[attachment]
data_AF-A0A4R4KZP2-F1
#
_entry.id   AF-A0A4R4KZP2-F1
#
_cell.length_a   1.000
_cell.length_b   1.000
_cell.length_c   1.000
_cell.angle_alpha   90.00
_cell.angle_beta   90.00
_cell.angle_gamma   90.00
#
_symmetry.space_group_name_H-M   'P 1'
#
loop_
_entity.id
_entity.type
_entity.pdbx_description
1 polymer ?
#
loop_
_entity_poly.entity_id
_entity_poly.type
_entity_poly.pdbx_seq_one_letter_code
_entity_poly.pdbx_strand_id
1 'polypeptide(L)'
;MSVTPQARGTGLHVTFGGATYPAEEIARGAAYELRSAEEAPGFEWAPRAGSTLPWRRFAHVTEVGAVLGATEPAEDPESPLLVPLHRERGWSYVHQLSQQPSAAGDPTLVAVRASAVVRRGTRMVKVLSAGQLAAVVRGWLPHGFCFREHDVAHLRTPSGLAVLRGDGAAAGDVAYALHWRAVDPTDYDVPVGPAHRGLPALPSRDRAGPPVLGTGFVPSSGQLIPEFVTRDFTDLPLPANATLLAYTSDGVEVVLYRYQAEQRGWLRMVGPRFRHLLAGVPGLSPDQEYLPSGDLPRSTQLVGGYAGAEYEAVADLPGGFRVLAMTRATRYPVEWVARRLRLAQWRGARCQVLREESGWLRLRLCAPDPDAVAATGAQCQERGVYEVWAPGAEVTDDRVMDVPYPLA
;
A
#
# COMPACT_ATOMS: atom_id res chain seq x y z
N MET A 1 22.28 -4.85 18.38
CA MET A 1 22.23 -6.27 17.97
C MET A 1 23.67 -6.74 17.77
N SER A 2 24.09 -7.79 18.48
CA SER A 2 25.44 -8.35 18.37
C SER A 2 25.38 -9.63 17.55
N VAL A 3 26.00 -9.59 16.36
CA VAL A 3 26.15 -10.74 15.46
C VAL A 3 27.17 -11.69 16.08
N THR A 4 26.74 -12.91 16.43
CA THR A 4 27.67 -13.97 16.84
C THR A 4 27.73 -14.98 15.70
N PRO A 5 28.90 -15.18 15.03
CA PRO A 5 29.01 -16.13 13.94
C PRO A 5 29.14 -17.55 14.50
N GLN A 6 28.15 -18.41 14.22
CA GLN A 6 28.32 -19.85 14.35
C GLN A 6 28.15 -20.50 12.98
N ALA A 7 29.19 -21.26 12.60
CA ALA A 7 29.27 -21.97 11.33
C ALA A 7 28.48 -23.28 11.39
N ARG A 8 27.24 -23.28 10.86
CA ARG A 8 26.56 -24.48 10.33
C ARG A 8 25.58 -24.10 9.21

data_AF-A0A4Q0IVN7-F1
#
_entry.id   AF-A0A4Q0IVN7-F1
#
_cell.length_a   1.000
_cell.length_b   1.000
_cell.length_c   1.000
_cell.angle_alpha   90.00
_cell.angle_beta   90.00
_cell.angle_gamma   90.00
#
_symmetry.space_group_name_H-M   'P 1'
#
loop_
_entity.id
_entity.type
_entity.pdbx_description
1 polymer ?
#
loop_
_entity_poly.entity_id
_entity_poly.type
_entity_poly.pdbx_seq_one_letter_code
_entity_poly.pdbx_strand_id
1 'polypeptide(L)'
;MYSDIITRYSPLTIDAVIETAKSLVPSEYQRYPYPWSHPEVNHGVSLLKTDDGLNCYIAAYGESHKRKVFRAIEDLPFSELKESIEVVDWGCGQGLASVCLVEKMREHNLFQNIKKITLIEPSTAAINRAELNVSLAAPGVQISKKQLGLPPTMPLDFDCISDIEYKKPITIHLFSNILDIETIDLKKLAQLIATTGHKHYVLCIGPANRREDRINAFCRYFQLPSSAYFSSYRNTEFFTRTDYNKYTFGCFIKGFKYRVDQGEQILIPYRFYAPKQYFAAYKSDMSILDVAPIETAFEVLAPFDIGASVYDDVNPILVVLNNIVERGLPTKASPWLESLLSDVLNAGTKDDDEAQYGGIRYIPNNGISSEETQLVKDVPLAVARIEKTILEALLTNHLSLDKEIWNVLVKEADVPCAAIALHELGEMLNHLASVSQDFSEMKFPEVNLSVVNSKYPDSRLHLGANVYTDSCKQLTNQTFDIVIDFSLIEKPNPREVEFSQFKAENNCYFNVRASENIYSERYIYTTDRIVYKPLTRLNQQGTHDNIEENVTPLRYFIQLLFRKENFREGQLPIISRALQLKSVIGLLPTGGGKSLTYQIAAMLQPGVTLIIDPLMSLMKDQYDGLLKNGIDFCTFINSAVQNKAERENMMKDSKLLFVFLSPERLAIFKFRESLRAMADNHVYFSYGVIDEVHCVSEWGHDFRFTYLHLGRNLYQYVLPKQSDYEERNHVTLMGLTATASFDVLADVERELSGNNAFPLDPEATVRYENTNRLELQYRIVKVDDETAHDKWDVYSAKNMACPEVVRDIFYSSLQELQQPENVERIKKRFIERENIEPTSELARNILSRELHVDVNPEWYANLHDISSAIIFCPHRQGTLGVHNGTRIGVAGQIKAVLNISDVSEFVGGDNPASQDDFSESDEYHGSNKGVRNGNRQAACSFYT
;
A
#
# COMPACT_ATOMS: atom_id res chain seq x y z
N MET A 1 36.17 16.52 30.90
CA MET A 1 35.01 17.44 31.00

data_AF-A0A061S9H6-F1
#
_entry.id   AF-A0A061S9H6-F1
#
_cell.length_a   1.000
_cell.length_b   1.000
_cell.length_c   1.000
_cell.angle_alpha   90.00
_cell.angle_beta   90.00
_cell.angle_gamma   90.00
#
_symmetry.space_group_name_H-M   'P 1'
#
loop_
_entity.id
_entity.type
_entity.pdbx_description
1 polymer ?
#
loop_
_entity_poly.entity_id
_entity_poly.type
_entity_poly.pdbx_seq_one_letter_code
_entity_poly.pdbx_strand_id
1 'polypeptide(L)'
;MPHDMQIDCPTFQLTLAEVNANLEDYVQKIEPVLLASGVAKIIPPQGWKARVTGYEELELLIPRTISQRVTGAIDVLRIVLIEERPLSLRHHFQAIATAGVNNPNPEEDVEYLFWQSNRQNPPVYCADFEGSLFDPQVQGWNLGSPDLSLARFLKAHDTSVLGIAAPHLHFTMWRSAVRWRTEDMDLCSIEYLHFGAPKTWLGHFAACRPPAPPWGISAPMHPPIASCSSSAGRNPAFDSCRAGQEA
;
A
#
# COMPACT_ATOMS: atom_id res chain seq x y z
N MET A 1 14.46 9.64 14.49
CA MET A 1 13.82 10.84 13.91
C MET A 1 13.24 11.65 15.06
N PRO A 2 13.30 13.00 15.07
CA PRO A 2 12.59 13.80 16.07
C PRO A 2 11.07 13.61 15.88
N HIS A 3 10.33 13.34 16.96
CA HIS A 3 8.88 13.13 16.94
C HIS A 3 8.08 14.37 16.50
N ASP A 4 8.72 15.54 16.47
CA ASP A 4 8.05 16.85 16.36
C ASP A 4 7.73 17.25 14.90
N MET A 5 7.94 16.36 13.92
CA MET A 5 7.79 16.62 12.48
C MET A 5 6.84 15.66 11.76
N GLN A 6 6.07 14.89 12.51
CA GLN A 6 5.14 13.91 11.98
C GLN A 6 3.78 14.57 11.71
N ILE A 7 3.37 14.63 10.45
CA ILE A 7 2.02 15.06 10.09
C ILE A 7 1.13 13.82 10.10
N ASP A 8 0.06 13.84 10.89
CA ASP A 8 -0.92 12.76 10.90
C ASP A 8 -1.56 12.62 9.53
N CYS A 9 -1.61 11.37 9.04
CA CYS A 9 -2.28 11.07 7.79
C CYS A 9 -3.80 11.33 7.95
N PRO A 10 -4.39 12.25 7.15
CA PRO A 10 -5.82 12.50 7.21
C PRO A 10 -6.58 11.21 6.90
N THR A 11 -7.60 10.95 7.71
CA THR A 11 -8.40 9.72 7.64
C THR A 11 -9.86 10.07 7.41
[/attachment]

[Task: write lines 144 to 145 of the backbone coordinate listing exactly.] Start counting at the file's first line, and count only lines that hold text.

N PRO A 10 -4.39 12.25 7.15
CA PRO A 10 -5.82 12.50 7.21